People don’t buy your services, they buy what you believe. Speaking works as a marketing tool because it is an opportunity for you to share what you believe in a non-sales environment. People don’t like to be sold to. So use speaking as a tool to build trust with your audience, and then enjoy potential clients handing you their business card.
For those looking to stretch their marketing budget, I can’t think of a more cost effective way to attract clients than Thought Leadership. The more a prospect can experience your thinking, writing or speaking, the more they perceive you as an expert, and the less “selling” you have to do. Content Marketing is effective for Thought Leaders because prospective clients can get to know, like and trust them in a no pressure, non-sales context. Here are some tips on how to position yourself, or Principals within your firm, as Thought Leaders.
1. Designate Ambassadors
Designate someone in your firm to be the Thought Leader for each market sector in which you seek work. For example, our client Aquatic Design Group is a market leader in designing and engineering competitive swimming pools (a market sector). They happen to have an Associate who is a former collegiate All-American swimmer. Combined with strong writing and speaking skills, he has instant credibility within this tribe.
2. Discover Where Your Audience Gathers
Ask your best clients which market specific trade publications they read and which conferences they attend. Then introduce yourself to the editors of these journals and offer your Thought Leader as a resource for journalists. Journalists constantly need credible references to interview for stories. Once the relationship is established, inquire about submitting an article or offering story leads. For national conference speaking opportunities, you’ll need to respond to a RFP a year in advance. But there are plenty of local trade organizations hungry for great speakers. Your Thought Leader doesn’t even need to speak. For example, I have put together panels and have emceed for SMPS, Pecha Kucha and USGBC events. This allows me to benefit from the halo effect of being onstage moderating the speaker panel. While it’s tempting to write or speak to your peers (fellow professional service providers), remember to focus most of your efforts where potential clients, not competitors, congregate.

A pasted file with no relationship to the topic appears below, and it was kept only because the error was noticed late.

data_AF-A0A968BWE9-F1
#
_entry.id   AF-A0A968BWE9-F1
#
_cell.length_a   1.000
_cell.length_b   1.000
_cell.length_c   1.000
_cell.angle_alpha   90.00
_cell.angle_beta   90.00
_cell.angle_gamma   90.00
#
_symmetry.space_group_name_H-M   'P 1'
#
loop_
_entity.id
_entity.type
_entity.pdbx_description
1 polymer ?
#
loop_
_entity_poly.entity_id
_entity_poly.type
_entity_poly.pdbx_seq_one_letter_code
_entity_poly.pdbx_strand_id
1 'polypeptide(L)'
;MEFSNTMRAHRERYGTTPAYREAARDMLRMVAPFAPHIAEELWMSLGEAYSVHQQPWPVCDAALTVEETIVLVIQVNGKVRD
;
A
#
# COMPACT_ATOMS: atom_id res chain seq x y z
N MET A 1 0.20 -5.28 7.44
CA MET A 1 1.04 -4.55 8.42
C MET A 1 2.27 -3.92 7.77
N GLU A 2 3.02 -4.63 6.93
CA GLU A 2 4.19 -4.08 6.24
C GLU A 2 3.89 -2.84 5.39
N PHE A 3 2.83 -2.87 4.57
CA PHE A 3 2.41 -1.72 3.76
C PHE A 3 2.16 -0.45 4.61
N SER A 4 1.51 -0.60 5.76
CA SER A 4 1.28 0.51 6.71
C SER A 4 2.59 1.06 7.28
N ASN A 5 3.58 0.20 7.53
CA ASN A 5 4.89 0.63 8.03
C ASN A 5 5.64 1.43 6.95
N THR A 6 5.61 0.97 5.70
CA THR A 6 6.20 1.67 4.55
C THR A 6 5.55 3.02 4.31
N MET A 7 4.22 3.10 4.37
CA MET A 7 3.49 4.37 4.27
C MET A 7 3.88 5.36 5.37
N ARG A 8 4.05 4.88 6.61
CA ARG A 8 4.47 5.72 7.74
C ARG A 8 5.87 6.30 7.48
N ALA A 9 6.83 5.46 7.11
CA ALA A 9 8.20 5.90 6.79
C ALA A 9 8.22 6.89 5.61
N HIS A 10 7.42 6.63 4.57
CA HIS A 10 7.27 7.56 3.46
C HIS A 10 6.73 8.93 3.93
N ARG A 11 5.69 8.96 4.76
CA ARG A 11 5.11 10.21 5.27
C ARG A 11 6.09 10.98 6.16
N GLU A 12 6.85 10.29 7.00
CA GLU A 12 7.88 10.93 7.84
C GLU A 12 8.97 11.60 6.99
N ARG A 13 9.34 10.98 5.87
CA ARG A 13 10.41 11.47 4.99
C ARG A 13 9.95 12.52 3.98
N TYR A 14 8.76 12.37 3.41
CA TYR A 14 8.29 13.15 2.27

3. Create a Content Ecosystem
Start with writing to develop mastery in articulating your subject matter. Then move to speaking using content you’ve written about. Give away free samples of your knowledge. Leaders demonstrate confidence by sharing their abundant expertise, not hoarding it. Tell real success stories and don’t be afraid to offer up your failures and share lessons learned. This is what makes you human, and will draw people to you. Communicate that you care about your audience’s world and challenges, and you will be invited in.
Thought Leadership requires an investment of time. This guide should help you get started. Be sure to promote your speaking or writing using the power of Social Media. Also, find multiple channels to distribute your content to maximize ROI. For example, this blog post began as an email marketing letter. It has also been broken down into a series of tweets. It could be made into a short video or podcast. Don’t overlook print to distribute your writing. You can a create a 1-page printout of a relevant post to pass out at events where you attend or present.
Whether writing or speaking, Thought Leaders are perceived as experts. Clients like to hire expertise. What are some methods you have used to demonstrate expertise? How do you promote your Thought Leadership activities? Has it ever led to new business?